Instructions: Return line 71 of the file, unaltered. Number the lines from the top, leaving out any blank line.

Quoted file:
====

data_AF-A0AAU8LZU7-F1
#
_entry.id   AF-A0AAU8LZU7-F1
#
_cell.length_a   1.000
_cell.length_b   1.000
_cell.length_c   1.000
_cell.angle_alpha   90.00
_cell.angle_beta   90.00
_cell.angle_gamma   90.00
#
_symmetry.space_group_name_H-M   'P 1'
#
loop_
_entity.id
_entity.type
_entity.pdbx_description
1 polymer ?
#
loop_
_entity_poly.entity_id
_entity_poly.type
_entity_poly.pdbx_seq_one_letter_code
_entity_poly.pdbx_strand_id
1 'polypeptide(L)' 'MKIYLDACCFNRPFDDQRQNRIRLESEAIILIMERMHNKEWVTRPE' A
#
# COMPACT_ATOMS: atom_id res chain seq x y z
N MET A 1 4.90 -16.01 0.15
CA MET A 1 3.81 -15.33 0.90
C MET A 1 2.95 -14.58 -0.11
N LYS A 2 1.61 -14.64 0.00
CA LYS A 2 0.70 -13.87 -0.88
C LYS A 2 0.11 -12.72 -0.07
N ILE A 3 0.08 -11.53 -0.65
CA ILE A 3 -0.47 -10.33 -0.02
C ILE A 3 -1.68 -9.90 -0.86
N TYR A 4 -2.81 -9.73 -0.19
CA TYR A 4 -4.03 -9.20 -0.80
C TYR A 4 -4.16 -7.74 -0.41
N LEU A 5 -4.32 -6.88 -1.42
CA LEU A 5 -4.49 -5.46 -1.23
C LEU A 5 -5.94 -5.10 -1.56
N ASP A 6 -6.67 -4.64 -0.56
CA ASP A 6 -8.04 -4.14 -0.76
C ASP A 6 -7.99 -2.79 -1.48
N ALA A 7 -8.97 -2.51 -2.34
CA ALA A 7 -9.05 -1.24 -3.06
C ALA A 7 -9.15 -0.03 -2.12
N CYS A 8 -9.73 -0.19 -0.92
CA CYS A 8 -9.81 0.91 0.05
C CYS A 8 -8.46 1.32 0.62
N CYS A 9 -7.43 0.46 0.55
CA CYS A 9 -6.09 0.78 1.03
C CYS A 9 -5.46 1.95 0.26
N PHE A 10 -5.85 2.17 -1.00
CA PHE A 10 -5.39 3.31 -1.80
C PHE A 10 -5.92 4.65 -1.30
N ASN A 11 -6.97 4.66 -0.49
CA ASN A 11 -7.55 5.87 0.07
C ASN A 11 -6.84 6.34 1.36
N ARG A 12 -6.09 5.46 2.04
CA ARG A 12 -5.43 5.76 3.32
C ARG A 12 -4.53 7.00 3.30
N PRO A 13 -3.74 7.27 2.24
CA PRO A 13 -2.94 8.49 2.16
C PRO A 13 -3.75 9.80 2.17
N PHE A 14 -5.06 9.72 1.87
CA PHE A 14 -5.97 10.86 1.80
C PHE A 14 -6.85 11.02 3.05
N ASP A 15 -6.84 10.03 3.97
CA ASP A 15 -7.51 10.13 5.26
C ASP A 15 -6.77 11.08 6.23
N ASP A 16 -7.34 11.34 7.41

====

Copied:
CA ASP A 15 -7.51 10.13 5.26